RELIGIOUS STUDIES RS 151/HIS 151 History of World Christianity (4) Surveys the history of Christianity from the New Testament to the present in Europe, Africa, Asia, and the Middle East, and from the colonial period to the present in North America and Latin America. Particular attention will be paid to intellectual, cultural, political, theological, and institutional developments in Roman Catholicism, Eastern Orthodoxy, and Protestantism. RS 154 History of Israel (4) Prerequisite: RS 001. Recommended: RS 010. A survey of Israel’s history in the Old Testament period, utilizing historiography, ancient Near Eastern sources, and archaeology in order to understand biblical events. RS 155 Geography, History and Religions of the Holy Land (4) (Jerusalem University College) Important sites and events in Israel’s history, including religious traditions of Judaism, Islam, and Eastern Christianity. RS 157 History of Christian Mission (4) The past history and present conditions in Christian mission. RS 158 Christianity and the Roman Empire (4) Surveys the rise of Rome as the “world empire” and the rise of Christianity as the “world religion” and the paradoxical and intricate relationship between the two (31BCE-476CE). Examines the major socio-cultural, political and religious developments of Roman Empire and its coming to terms with Christianity, and the socio-cultural, institutional and theological developments of Christianity and its struggle with and “triumph” over the Empire from the second through the fifth centuries. RS 159 Missiology (4) An introduction to contemporary biblical and theological understandings of the Christian mission, and theoretical models for implementation of that mission. RS 160 Mission and Globalization (4) Prerequisite: RS 159. Examines the currents of modernity, late modernity, and globalization, as forces that are reshaping individual, corporate, and national identities, and explores what these social and structural refigurations mean to Christian mission. RS 163/PHI 163 Philosophy of Religion (4) Prerequisite: PHI 006 or RS 020. Significance of religious phenomena and the veracity of religious beliefs. RS 165 Religions in Context (4) Topic varies with off-campus location (e.g., India, Middle East). Focused study of a major religion, exploring theology, traditions and contextual expression. RS 180 Senior Seminar (4) Prerequisite: RS major with senior standing. (Earlier only by department chair approval.) Review and integration of skills in exegesis, hermeneutics, theology and historical analysis, toward the goal of an enduring faith and a missional Christianity. Themes and format will vary from year to year. RS 190 Religious Studies Practicum (4) Prerequisite: Junior Standing. Field experience with local church, parachurch, or service organizations. Prior arrangement with field personnel and a member of the religious studies department. On-site supervision. Direction and course evaluation by the religious studies department.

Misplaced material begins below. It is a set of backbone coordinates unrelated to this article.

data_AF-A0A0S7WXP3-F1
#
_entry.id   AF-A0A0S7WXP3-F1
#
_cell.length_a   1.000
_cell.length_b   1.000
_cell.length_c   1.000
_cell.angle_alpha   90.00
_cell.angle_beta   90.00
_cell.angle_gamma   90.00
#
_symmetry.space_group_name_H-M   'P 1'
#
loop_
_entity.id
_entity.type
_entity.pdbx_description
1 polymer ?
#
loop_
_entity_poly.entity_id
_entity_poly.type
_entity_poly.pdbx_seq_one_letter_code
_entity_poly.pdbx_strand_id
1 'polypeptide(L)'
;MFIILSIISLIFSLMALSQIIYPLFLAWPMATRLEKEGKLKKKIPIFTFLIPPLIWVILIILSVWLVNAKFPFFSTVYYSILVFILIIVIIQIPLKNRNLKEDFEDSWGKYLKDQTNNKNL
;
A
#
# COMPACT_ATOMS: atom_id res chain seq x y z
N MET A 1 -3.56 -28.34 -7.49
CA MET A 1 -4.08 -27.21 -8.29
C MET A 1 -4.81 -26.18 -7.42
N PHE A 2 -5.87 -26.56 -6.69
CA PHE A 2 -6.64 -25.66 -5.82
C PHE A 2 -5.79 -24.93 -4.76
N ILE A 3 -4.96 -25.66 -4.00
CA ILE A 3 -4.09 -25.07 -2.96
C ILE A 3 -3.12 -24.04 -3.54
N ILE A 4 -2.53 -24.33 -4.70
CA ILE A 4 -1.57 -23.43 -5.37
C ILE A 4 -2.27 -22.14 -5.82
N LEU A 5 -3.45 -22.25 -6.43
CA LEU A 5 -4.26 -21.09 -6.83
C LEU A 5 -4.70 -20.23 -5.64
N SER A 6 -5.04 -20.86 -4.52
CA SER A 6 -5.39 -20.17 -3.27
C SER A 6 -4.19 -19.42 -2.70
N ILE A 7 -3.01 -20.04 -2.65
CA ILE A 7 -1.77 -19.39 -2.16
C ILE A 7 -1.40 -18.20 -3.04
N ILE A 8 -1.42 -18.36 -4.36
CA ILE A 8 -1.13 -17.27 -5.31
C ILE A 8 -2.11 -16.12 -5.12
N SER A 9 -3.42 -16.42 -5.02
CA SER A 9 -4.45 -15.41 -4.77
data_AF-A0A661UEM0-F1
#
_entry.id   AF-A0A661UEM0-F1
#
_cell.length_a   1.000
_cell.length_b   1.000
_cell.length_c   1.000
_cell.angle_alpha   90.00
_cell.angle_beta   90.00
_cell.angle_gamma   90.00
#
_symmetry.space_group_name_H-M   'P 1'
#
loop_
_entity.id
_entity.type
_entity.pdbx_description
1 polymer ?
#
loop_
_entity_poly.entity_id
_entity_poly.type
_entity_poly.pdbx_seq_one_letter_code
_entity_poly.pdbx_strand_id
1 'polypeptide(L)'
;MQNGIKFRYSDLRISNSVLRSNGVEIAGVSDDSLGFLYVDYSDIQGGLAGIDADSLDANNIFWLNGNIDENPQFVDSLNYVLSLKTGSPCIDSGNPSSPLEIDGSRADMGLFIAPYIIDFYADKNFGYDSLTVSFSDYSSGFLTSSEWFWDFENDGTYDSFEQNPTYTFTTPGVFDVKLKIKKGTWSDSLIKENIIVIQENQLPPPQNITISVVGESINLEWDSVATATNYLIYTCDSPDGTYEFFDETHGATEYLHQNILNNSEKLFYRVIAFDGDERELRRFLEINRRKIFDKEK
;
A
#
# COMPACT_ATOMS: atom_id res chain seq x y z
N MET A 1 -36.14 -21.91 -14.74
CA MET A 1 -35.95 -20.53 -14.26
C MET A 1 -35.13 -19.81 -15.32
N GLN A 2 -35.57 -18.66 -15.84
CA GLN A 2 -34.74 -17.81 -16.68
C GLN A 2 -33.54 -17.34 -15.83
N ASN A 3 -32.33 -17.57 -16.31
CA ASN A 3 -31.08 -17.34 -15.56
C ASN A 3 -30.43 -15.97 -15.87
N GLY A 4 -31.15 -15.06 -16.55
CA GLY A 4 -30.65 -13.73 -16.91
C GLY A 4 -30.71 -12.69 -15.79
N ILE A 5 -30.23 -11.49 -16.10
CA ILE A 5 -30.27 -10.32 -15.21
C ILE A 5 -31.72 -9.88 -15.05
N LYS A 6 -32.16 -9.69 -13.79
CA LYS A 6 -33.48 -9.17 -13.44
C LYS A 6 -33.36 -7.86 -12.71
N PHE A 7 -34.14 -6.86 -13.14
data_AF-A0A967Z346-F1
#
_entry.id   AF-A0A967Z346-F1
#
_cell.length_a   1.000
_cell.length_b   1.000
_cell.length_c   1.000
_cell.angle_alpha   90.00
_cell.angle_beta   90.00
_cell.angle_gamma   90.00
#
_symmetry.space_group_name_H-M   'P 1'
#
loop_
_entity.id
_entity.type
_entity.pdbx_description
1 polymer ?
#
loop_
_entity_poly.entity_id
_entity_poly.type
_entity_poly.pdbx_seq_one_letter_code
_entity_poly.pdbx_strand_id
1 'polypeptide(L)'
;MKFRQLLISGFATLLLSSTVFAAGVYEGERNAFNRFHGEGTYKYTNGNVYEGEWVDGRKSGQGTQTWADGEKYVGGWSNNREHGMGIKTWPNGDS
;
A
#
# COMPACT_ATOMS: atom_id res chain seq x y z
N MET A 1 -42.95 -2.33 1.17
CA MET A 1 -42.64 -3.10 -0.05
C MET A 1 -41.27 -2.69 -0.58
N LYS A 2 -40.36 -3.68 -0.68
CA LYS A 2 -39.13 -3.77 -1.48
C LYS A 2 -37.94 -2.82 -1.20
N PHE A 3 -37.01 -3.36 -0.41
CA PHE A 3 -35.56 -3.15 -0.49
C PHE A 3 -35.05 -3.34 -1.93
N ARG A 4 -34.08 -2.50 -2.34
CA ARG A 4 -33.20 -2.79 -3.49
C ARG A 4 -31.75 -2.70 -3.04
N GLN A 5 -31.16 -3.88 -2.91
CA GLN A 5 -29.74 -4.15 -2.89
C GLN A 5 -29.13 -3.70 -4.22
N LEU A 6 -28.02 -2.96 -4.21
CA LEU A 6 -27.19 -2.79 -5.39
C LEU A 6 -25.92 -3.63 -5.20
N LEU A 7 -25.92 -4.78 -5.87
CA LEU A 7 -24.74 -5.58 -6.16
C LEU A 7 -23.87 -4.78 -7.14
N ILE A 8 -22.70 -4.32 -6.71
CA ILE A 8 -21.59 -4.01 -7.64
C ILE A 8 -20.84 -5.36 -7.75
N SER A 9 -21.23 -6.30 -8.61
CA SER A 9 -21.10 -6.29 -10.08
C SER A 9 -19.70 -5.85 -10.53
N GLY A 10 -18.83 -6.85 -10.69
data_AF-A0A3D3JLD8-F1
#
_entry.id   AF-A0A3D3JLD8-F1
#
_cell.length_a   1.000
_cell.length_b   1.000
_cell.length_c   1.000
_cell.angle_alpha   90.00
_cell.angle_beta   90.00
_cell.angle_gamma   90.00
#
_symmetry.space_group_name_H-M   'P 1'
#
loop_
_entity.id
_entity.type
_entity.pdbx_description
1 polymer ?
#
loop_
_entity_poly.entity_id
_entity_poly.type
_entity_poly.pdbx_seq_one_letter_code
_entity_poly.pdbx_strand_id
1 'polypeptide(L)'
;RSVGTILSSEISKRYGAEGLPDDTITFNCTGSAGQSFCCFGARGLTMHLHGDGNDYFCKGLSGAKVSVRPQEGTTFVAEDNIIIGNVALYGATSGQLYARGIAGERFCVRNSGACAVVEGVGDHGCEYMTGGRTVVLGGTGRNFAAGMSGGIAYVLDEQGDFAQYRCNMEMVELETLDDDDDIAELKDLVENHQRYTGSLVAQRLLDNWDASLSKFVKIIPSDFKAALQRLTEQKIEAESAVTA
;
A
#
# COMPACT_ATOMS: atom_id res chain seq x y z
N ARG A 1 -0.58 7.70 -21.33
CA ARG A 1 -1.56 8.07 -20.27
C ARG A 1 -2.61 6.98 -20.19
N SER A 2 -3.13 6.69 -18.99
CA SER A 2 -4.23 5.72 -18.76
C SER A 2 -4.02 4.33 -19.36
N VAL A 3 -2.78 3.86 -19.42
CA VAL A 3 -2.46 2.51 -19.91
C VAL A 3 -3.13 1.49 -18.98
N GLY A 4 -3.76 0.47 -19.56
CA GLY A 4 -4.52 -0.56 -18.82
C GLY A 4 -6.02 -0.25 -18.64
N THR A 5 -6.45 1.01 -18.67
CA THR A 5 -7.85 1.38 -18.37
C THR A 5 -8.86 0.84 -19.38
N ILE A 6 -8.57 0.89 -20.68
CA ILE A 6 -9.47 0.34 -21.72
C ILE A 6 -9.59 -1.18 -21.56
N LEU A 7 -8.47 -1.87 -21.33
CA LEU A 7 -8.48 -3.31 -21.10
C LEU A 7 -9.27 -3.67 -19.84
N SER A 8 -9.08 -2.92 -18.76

187